As regular readers of my blog know, I lost my voice about 18 months ago. Permanently. Itís something exotic called Spasmodic Dysphonia. Essentially a part of the brain that controls speech just shuts down in some people, usually after you strain your voice during a bout with allergies (in my case) or some other sort of normal laryngitis. It happens to people in my age bracket.
. . .
To state the obvious, much of lifeís pleasure is diminished when you canít speak. It has been tough.
But have I mentioned Iím an optimist?
Just because no one has ever gotten better from Spasmodic Dysphonia before doesnít mean I canít be the first. So every day for months and months I tried new tricks to regain my voice. I visualized speaking correctly and repeatedly told myself I could (affirmations). I used self hypnosis. I used voice therapy exercises. I spoke in higher pitches, or changing pitches. I observed when my voice worked best and when it was worst and looked for patterns. I tried speaking in foreign accents. I tried ďsingingĒ some words that were especially hard.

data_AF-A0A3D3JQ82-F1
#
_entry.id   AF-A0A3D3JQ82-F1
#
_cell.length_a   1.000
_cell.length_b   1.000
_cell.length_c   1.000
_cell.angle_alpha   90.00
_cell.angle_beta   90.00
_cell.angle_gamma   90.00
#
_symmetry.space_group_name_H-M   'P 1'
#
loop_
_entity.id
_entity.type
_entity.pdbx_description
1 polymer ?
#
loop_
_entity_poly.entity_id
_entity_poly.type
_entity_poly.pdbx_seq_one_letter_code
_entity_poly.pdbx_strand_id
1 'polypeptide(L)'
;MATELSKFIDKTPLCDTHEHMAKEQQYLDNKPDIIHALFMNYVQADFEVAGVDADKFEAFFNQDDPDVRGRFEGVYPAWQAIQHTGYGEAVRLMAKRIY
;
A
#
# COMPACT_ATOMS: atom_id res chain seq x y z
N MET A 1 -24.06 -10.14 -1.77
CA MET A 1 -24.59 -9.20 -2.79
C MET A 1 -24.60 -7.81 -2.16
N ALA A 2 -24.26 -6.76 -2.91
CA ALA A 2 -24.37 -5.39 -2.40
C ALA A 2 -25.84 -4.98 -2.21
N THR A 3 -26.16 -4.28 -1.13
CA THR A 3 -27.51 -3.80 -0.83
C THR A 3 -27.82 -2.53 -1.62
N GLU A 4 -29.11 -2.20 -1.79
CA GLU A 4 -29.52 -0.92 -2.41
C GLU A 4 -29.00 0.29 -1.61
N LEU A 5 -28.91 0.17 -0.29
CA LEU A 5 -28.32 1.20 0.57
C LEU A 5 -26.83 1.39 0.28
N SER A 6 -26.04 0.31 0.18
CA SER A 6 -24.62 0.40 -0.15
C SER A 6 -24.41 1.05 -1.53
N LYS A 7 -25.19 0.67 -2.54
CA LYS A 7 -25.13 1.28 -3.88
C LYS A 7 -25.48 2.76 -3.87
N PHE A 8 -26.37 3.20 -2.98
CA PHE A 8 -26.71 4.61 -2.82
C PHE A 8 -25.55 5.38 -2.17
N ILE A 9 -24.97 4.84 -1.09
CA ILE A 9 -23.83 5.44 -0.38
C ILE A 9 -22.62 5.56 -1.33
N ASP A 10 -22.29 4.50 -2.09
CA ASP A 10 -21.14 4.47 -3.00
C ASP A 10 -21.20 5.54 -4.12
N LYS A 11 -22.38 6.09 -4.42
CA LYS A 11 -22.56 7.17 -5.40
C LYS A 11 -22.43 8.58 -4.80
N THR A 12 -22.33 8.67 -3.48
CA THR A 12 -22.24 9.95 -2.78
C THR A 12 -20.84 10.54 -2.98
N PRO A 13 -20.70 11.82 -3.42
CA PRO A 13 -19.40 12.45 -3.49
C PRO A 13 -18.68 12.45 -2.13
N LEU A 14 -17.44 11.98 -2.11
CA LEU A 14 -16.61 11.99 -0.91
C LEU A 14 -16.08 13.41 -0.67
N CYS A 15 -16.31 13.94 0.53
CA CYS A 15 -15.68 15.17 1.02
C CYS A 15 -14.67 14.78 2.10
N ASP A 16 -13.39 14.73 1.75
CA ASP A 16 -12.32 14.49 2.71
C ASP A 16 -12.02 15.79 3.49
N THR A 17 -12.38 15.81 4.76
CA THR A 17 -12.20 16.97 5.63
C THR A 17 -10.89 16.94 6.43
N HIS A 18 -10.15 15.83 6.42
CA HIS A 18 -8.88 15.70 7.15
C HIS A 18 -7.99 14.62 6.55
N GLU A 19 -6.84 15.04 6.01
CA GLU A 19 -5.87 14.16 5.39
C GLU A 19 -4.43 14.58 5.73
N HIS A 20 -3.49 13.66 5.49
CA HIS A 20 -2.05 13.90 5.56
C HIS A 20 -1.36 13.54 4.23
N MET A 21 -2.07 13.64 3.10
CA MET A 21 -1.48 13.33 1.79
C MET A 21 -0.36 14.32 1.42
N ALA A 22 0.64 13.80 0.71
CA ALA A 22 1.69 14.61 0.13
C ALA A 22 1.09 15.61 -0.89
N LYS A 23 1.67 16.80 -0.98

My theory was that the part of my brain responsible for normal speech was still intact, but for some reason had become disconnected from the neural pathways to my vocal cords. (Thatís consistent with any expertís best guess of whatís happening with Spasmodic Dysphonia. Itís somewhat mysterious.) And so I reasoned that there was some way to remap that connection. All I needed to do was find the type of speaking or context most similar Ė but still different enough Ė from normal speech that still worked. Once I could speak in that slightly different context, I would continue to close the gap between the different-context speech and normal speech until my neural pathways remapped. Well, that was my theory. But Iím no brain surgeon.
The day before yesterday, while helping on a homework assignment, I noticed I could speak perfectly in rhyme. Rhyme was a context I hadnít considered. A poem isnít singing and it isnít regular talking. But for some reason the context is just different enough from normal speech that my brain handled it fine.
Read the whole post, and then go tell him about the happiest day of your life, if you can--I can't really think of a standout candidate in mine. (The theme seems to be having children so far, so I guess that's why.) He wants only good news to celebrate today.